Overtoun House, Dumbarton, Scotland: Dog Suicide Bridge?

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I will never forget the awful whine she made as she leaped.

Alice Trevorrow, describing the 'suicide leap' of her springer spaniel from the ill-fated Overtoun Bridge in 2014

Overtoun House is a listed building near Dumbarton, Scotland. The stately home overlooks the River Clyde. Once, it housed rich industrialists – one even became a peer. In 1938, it was given to the public. Since then, it has been a convalescent home for soldiers, a maternity hospital, and a Christian youth centre. The house's 'Scottish baronial' style appeals to filmmakers: both Regeneration (1997) and Cloud Atlas (2012) used Overtoun House for location filming.

The property's approach bridge is also listed and picturesque. In recent years, it has become much more famous than the house, for a very sinister reason. It's known as the bridge where dogs commit suicide. Numerous canines have been seen to leap over the parapet and plunge 50 feet to the burn (creek) below. Unlike the springer spaniel in the quote above, who spent time in animal hospital, not all survive the leap. Even the lucky ones can't tell us why they jumped.

So: do dogs commit suicide? Is the bridge haunted? What's going on here?

How Many Dogs? Is the Bridge Haunted?

The number of dogs reported to have leapt from Overtoun Bridge varies considerably. The most skeptical source grants that about half a dozen dogs have jumped off the bridge over a period of thirteen years, while the Daily Mail claims that at least 650 have done so in the last half-century, of which 50 died. The answer is probably somewhere in between: as our skeptical source points out, there is no obligation on anyone's part to report a dog suicide officially. Records are bound to be spotty.

However, some dogs have jumped off the bridge. In broad daylight. On clear, sunny days – which, from the point of view of canine preservation, are fortunately rare in Scotland. Why here? What could possibly motivate these deadly leaps?

The answer, say some, is obvious: the bridge must be haunted. There's some evil presence on that bridge. Tales abound, mostly flimsy, of spooky doings at Overtoun House. The oddest thing about the house itself is that it was designed by architect James Smith of Glasgow. This isn't odd per se, but it is a fact that James Smith was the father of Madeleine Smith. In 1857, Madeleine Smith was tried for murder in the arsenic poisoning of her boyfriend. The jury returned a verdict of 'not proven', which is Scottish for 'we think you did it, but the prosecution's case wasn't strong enough'. This alone is not enough to spookify a bridge, even by Most Haunted standards.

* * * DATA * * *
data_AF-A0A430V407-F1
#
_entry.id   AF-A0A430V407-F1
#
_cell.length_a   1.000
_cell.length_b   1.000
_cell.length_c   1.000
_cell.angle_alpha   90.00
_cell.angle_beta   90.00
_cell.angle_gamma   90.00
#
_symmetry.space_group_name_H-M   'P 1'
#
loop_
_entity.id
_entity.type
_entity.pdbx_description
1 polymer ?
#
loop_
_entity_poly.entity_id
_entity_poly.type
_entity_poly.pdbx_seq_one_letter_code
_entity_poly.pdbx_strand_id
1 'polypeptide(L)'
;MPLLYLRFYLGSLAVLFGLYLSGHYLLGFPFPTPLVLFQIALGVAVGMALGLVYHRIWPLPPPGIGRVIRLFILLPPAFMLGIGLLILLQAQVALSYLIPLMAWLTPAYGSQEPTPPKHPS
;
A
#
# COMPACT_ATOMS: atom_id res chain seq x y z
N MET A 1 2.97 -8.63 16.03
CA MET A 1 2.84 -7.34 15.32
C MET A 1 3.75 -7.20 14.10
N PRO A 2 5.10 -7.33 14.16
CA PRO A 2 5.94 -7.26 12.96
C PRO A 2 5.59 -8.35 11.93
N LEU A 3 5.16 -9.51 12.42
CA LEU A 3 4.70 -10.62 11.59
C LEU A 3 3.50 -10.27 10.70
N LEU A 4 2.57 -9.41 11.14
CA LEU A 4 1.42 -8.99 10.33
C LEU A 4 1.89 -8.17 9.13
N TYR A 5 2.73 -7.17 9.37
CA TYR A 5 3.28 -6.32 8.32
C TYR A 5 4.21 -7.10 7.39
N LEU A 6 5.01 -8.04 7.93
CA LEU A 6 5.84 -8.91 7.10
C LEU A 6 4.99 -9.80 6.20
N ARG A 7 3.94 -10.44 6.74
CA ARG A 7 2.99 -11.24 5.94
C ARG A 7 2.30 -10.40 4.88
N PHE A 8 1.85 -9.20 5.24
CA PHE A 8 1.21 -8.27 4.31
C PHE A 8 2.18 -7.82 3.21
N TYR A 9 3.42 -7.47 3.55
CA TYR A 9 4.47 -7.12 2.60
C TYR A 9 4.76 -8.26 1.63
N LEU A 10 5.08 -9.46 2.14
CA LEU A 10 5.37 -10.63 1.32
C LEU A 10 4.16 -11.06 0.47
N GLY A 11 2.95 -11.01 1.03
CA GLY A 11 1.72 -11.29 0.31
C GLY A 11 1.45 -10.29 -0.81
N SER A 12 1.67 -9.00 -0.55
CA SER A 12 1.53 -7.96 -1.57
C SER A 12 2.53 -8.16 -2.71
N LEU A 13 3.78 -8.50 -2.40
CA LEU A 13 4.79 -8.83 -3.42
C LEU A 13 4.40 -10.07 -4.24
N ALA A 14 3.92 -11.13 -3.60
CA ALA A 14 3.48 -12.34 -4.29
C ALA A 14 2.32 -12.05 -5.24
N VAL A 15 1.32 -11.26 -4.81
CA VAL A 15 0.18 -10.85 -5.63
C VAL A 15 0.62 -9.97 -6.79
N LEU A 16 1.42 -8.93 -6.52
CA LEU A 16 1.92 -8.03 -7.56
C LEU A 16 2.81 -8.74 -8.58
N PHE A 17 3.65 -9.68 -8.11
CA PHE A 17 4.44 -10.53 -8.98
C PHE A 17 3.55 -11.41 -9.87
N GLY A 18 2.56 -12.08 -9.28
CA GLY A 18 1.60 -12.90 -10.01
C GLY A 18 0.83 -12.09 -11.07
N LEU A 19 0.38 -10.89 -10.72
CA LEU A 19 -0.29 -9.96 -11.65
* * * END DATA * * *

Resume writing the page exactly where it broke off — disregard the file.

It is true that in 1994, a mentally-ill man killed his child by throwing the baby over the parapet. He would have followed, had he not been restrained. This was sad, but not evidence of paranormal activity. The reputation of the bridge as a canine death trap dates back decades.

We have a puzzle: although not necessarily in epidemic proportions, unexplained dog-leaping has taken place on the Overtoun Bridge. Could there be an explanation other than evil, dog-hating ghosts?

Enter Behavioural Science

Dr David Sands is an animal behaviourist. He doesn't believe that dogs commit suicide – although the question has been considered by psychologists. Before we attribute anthropomorphic models to animal behaviour, it might be a good idea to see whether there is a more species-related stimulus that could motive a dog to jump over a wall.

Sands is not interested in ghosts, but he is interested in how dogs think. He took a look at the bridge – from a dog's point of view. The first thing he noticed was that a dog walking over the bridge couldn't possibly see over the parapet. To a canine, the bridge terrain looks perfectly flat and safe. Not only that, but the humans on the bridge often stop to admire the view. That makes the dog curious.

This doesn't explain why the dogs are jumping over the parapet. What's so attractive on the other side of that wide wall? The answer, said Sands, could be in their noses. All of the dogs reported to have leapt from the bridge were of the long-snouted hunting variety. These dogs have poor vision relative to us, but a sense of smell 100,000 times more powerful than that of a human.

What are they smelling that's so attractive? Mink, said the behaviourist. Mink, in Scotland? Yes. Mink are an invasive species that first escaped from fur farms in the UK in the 1930s. They've been wreaking havoc on the native wildlife ever since. Recently, even wildlife protectionists have agreed to a culling project. In addition to making life difficult if not impossible for the water vole, mink…well, stink. That weaselly fragrance is a supernormal stimulus to the average hunting dog. Dr Sands tested it out on a variety of dogs. You can see the test results on this tv show. Sniffer dogs prefer mink to any other form of rodent scent, apparently, even squirrel. Of course, the smell of mink would be more likely to waft over the bridge wall on a clear, sunny day…

Dr Sands believes he has settled the question of why dogs jump off the Overtoun Bridge. Disappointed ghostbusters disagree, but Scottish locals seem to find the argument persuasive. At least, they were convinced enough in 2015 to post a sign that says, 'Dangerous Bridge - Please Keep Your Dog on a Lead'. The dogs can't read: let's hope the owners pay attention.


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